Backing up multiple Apple devices to same PC as tech support for company

As the IT person for the company, I'm asked to help move data from one iPhone to another, or one iPad to another when staff upgrade. The person may or may not have an iCloud account, and I don't personally even have an Apple device. How can I best perform backups and restores of data with as little issue as possible, while using my PC? Will I need to have their iCloud or any other login information, or could I just plug in a device, use iTunes, choose backup (It seems a requirement may be that each device is named differently to avoid issues?), then plug in the new device and choose restore?

Will I need to deal with authorizing computers or anything else of that nature?
ruhkusAsked:
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serialbandCommented:
I think the easiest, and likely quickest, way is to load iTunes, backup the old device, then restore to the new one.  The user should do this with their own accounts on their own systems.
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Tom GrellCOMMUNICATIONS SPECIALISTCommented:
As serialband said, the user should do this with their own account on their own system. Doing it on your system will wipe out their content (music, videos, photos), as the device can only sync with one iTunes account at a time. I ran into this stumbling block when deploying iPads to our sales staff. I loaded the content from my iTunes account, but the users wanted to add additional photos and videos and could not do it without losing the content I had loaded.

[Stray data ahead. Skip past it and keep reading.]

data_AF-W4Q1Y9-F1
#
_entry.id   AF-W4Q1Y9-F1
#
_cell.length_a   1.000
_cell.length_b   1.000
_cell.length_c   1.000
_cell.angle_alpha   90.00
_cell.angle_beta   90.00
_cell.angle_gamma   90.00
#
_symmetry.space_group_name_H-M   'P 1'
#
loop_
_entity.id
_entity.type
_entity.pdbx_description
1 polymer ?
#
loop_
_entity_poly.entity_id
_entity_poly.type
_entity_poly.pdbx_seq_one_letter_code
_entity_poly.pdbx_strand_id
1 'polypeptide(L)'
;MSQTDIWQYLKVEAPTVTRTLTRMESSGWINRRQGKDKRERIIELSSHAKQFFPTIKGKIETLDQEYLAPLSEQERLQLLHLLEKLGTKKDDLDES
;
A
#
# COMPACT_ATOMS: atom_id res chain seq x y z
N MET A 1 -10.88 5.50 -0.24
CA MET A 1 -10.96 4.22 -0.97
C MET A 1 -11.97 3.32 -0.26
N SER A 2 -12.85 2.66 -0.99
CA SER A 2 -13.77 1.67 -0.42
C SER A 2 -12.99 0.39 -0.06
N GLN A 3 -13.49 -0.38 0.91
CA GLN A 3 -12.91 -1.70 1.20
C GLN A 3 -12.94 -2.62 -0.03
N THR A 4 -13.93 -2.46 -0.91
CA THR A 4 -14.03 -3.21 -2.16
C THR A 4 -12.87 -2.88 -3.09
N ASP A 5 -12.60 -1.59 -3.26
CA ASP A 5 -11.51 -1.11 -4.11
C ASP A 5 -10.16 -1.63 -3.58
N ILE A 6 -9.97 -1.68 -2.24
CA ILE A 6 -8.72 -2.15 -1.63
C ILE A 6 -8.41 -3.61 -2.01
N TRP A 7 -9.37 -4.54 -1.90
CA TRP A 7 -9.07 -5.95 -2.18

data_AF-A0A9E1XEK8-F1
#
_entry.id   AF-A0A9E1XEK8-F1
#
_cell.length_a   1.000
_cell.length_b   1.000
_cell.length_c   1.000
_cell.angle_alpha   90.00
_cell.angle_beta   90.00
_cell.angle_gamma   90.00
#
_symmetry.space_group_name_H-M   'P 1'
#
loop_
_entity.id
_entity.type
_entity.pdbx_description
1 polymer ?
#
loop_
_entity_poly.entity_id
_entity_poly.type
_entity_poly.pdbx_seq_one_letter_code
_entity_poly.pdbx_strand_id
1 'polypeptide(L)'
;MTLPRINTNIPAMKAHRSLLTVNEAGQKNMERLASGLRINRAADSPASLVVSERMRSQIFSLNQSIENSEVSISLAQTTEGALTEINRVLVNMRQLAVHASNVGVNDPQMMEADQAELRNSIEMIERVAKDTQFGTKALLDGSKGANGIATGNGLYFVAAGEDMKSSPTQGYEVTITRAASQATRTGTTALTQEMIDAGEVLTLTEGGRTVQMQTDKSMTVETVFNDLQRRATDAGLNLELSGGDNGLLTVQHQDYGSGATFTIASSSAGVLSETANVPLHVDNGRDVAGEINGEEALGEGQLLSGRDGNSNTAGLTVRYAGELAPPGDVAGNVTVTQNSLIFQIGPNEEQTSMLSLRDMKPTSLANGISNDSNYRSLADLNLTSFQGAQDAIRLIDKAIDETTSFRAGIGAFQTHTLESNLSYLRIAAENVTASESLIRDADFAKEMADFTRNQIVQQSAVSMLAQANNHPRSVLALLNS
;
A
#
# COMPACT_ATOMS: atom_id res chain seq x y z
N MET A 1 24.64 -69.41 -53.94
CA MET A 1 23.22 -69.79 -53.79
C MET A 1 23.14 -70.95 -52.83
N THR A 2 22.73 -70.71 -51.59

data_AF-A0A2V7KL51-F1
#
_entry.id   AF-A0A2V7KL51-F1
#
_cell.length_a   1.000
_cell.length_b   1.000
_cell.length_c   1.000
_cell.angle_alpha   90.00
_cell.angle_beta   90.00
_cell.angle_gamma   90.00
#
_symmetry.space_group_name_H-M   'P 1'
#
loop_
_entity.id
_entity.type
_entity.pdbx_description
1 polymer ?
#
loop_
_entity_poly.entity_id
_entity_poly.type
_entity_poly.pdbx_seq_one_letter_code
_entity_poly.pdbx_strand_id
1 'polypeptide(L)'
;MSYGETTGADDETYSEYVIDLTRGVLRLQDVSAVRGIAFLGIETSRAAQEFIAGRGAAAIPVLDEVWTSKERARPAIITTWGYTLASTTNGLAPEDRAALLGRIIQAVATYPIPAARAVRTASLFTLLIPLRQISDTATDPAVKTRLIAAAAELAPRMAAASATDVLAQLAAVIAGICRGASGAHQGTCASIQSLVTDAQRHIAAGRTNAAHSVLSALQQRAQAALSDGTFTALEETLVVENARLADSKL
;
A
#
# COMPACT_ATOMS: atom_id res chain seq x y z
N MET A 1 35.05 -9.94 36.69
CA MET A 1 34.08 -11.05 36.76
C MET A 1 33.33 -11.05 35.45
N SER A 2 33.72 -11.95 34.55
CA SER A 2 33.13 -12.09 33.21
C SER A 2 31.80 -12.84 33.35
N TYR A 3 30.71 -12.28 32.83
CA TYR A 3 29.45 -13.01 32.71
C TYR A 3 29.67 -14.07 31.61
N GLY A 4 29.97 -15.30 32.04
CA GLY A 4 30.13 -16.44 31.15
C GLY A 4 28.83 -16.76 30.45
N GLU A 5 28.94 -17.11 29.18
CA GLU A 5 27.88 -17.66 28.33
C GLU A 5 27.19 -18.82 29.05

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serialbandCommented:
After the user has done this, you can run a script to backup their iTunes folders and settings to a centralized place.  You may as well also back up their entire local home directory.  That's going to be the easier way to get this done.  Apple isn't really a corporate system.  They have hacks to get it to do what Windows does, but it doesn't work as well.  It's still very much designed as an individual consumer end user product.

If you want to force the copies, you can schedule a script to run.  You can also turn on Remote Login and run a script from your backup server to pull the data in.  I would do both, just to be sure it does run.  Most users won't know to turn off the remote login, so it should stay on until you turn it off.  Also, if you're worried about ssh security of traveling employees when you turn on remote login, just change the ssh port to something other than port 22 and use a port above 1024.
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